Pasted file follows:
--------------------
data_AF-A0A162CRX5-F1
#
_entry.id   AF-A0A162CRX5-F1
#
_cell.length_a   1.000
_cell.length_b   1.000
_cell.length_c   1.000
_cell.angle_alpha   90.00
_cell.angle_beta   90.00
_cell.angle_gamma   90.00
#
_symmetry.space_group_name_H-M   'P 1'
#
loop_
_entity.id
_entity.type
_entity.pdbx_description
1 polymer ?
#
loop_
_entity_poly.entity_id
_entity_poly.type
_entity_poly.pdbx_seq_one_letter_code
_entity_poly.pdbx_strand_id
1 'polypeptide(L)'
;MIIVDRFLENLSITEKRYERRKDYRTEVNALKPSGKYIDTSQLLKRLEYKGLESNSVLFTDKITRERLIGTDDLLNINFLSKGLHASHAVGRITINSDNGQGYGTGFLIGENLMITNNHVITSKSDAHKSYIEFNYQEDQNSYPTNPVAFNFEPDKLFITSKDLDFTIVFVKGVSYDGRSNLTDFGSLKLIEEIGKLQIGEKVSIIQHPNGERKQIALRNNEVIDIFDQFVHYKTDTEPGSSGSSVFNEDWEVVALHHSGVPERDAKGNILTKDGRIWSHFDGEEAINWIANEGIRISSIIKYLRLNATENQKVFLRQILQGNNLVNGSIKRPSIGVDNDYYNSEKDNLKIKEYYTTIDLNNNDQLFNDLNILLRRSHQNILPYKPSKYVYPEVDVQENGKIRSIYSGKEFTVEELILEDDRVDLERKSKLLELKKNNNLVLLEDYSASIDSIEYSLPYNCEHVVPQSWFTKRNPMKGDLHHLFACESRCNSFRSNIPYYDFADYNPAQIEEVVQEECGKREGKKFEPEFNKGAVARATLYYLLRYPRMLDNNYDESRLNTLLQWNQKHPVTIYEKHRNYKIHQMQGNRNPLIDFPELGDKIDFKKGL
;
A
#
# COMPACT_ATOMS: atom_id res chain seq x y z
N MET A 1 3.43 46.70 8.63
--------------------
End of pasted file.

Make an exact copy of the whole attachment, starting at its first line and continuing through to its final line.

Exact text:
data_AF-A0A162CRX5-F1
#
_entry.id   AF-A0A162CRX5-F1
#
_cell.length_a   1.000
_cell.length_b   1.000
_cell.length_c   1.000
_cell.angle_alpha   90.00
_cell.angle_beta   90.00
_cell.angle_gamma   90.00
#
_symmetry.space_group_name_H-M   'P 1'
#
loop_
_entity.id
_entity.type
_entity.pdbx_description
1 polymer ?
#
loop_
_entity_poly.entity_id
_entity_poly.type
_entity_poly.pdbx_seq_one_letter_code
_entity_poly.pdbx_strand_id
1 'polypeptide(L)'
;MIIVDRFLENLSITEKRYERRKDYRTEVNALKPSGKYIDTSQLLKRLEYKGLESNSVLFTDKITRERLIGTDDLLNINFLSKGLHASHAVGRITINSDNGQGYGTGFLIGENLMITNNHVITSKSDAHKSYIEFNYQEDQNSYPTNPVAFNFEPDKLFITSKDLDFTIVFVKGVSYDGRSNLTDFGSLKLIEEIGKLQIGEKVSIIQHPNGERKQIALRNNEVIDIFDQFVHYKTDTEPGSSGSSVFNEDWEVVALHHSGVPERDAKGNILTKDGRIWSHFDGEEAINWIANEGIRISSIIKYLRLNATENQKVFLRQILQGNNLVNGSIKRPSIGVDNDYYNSEKDNLKIKEYYTTIDLNNNDQLFNDLNILLRRSHQNILPYKPSKYVYPEVDVQENGKIRSIYSGKEFTVEELILEDDRVDLERKSKLLELKKNNNLVLLEDYSASIDSIEYSLPYNCEHVVPQSWFTKRNPMKGDLHHLFACESRCNSFRSNIPYYDFADYNPAQIEEVVQEECGKREGKKFEPEFNKGAVARATLYYLLRYPRMLDNNYDESRLNTLLQWNQKHPVTIYEKHRNYKIHQMQGNRNPLIDFPELGDKIDFKKGL
;
A
#
# COMPACT_ATOMS: atom_id res chain seq x y z
N MET A 1 3.43 46.70 8.63